A: I’m assuming the question concerns people with chronic restless legs who are going to need daily medication. If you want to have the lowest risk of augmentation, it would be one of the alpha 2-delta ligands (gabapentin, gabapentin enacarbil, or pregabalin). I should mention that gabapentin and pregabalin are off-label uses for restless legs and only gabapentin enacarbil has been approved by the FDA for RLS treatment. There may be reasons not to use those drugs – for example, people who are markedly obese or who have active depression. But if your only consideration is what is the lowest risk for augmentation, those are the drugs to use rather than the dopamine agonists. But each patient is different, and we have to balance the different side effects of each category of drug.

Q: What effect, if any, do opioids have on sleep disruption associated with RLS?

A: Opioids can be very effective for sleep disruption associated with RLS. I always ask people when they come back, “Have you got sleepy during the day? Are you okay driving?” And most patients who have had a good response will say, “Doctor, it’s wonderful. I couldn’t sleep at all with restless legs. I’m much more alert taking opioids at night than I was before I took them.” This surprises some physicians because they’re expecting their patients to have severe day-time side effects. With low doses at night, most people will have very nice sleep because we are eliminating restless legs, and opioids are somewhat sedating. Of course, opioids should only be used for RLS refractory to other drug treatments.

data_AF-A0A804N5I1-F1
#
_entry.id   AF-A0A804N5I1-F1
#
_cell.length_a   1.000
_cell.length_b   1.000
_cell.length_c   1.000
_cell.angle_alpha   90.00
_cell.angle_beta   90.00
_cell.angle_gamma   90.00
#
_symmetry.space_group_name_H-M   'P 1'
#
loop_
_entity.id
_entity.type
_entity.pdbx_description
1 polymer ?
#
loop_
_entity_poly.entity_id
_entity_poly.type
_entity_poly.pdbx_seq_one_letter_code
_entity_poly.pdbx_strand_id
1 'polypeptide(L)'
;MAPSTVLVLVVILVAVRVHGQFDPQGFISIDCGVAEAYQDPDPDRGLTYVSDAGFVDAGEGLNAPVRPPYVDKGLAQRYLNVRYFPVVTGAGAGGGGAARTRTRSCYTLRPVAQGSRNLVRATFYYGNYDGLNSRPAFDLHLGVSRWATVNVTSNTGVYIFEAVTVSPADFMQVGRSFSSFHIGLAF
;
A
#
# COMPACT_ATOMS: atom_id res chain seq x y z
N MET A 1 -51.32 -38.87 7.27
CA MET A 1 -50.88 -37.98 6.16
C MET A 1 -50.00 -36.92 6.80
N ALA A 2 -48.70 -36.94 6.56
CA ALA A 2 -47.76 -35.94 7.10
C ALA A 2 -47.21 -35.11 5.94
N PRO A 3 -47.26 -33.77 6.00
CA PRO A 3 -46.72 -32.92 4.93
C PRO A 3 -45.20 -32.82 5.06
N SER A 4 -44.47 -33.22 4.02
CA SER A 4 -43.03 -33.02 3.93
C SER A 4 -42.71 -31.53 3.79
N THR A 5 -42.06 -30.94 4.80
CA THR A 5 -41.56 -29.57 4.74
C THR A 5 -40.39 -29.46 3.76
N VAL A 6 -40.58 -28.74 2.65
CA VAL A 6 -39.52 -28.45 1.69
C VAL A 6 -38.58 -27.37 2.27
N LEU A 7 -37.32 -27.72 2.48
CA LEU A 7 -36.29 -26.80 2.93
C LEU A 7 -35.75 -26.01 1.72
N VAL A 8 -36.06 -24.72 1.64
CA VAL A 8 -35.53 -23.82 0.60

Q: What options are there for treating insomnia that don't either lead to dependence or exacerbate RLS symptoms?

A: I presume the question relates to insomnia unrelated to restless legs – patients who have both psychophysiological insomnia (learned insomnia) and restless legs. Our approach to chronic insomnia disorder today would first be to identify contributing causes, such as anxiety, depression, restless legs, chronic pain, sleep apnea, etc. If there are no obvious contributing factors which can better be addressed, then our approach today is cognitive behavioral therapy for insomnia rather than medications. So, we would generally recommend cognitive behavioral therapy, which can be administered by any knowledgeable health provider, including nurses, physicians or psychologists. Today, what’s nice is that it can also be done online. There are various reputable online self-help programs available. For chronic insomnia, we are tending to avoid medications as much as possible.